21 January 2008

The Best Written Document of the Last 50 Years (Again)

I posted this last year for the MLK holiday (which, though I appreciate Dr. King's work, I still don't think our government should have added another national holiday in his honor). I'm posting it again.

(in a few years I'll have to change this post to the best written document of the last 75 years)

Nothing else compares to that letter written from a Birmingham jail, in pencil, on scrap paper.

(but I think this holiday trivializes rather than honors Rev. King's legacy)

Here's one small key passage

It is true that they have been rather disciplined in their public handling of the demonstrators. In this sense they have been rather publicly "nonviolent". But for what purpose? To preserve the evil system of segregation. Over the last few years I have consistently preached that nonviolence demands that the means we use must be as pure as the ends we seek. So I have tried to make it clear that it is wrong to use immoral means to attain moral ends. But now I must affirm that it is just as wrong, or even more so, to use moral means to preserve immoral ends. Maybe Mr. Connor and his policemen have been rather publicly nonviolent, as Chief Pritchett was in Albany, Georgia, but they have used the moral means of nonviolence to maintain the immoral end of flagrant racial injustice. T. S. Eliot has said that there is no greater treason than to do the right deed for the wrong reason.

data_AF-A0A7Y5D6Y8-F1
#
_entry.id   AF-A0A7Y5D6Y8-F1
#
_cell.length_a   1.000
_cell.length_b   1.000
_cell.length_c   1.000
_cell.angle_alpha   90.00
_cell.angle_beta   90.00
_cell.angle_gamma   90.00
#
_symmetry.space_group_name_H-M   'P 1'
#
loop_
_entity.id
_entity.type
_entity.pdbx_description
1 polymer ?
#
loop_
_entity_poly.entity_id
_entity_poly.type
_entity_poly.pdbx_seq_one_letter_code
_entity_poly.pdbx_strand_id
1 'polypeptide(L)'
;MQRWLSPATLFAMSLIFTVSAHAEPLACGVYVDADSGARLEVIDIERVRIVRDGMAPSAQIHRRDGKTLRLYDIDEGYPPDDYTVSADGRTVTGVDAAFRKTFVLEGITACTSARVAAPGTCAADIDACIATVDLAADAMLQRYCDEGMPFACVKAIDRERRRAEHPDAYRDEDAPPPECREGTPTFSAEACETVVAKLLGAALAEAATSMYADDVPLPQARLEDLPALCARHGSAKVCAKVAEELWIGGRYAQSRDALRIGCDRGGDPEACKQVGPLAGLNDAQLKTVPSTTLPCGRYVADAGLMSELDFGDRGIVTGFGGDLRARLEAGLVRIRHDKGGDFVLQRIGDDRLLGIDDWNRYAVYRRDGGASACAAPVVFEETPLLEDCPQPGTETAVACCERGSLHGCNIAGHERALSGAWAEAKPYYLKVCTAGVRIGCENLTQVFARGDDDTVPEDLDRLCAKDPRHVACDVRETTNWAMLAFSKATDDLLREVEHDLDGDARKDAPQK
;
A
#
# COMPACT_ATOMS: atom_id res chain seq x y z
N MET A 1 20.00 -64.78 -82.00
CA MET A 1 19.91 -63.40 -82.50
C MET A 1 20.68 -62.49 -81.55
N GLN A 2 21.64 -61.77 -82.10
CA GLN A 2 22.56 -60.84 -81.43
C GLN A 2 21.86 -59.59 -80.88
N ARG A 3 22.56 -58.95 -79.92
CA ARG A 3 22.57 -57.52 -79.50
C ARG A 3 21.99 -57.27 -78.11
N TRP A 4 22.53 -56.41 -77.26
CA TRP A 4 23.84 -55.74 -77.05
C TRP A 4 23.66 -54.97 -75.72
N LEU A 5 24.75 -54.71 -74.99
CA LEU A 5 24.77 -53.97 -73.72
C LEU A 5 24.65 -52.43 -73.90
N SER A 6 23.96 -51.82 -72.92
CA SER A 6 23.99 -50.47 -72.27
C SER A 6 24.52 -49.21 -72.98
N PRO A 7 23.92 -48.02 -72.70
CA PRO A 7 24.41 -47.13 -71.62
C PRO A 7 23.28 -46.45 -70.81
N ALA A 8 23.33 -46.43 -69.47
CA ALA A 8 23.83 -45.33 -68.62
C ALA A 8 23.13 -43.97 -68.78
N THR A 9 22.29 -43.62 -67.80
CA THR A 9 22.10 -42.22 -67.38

It's hard to fathom writing this from jail, without reference materials, or in this day and age, google, and getting it into a comprehensive and comprehensible whole, and yet that's what he managed to do.

Also it contains one of my favorite author's notes

------- *AUTHOR'S NOTE: This response to a published statement by eight fellow clergymen from Alabama (Bishop C. C. J. Carpenter, Bishop Joseph A. Durick, Rabbi Hilton L. Grafman, Bishop Paul Hardin, Bishop Holan B. Harmon, the Reverend George M. Murray. the Reverend Edward V. Ramage and the Reverend Earl Stallings) was composed under somewhat constricting circumstance. Begun on the margins of the newspaper in which the statement appeared while I was in jail, the letter was continued on scraps of writing paper supplied by a friendly Negro trusty, and concluded on a pad my attorneys were eventually permitted to. leave me. Although the text remains in substance unaltered, I have indulged in the author's prerogative of polishing it for publication. -------
Here's a link to the letter by those eight clergy for which Rev. King was responding.

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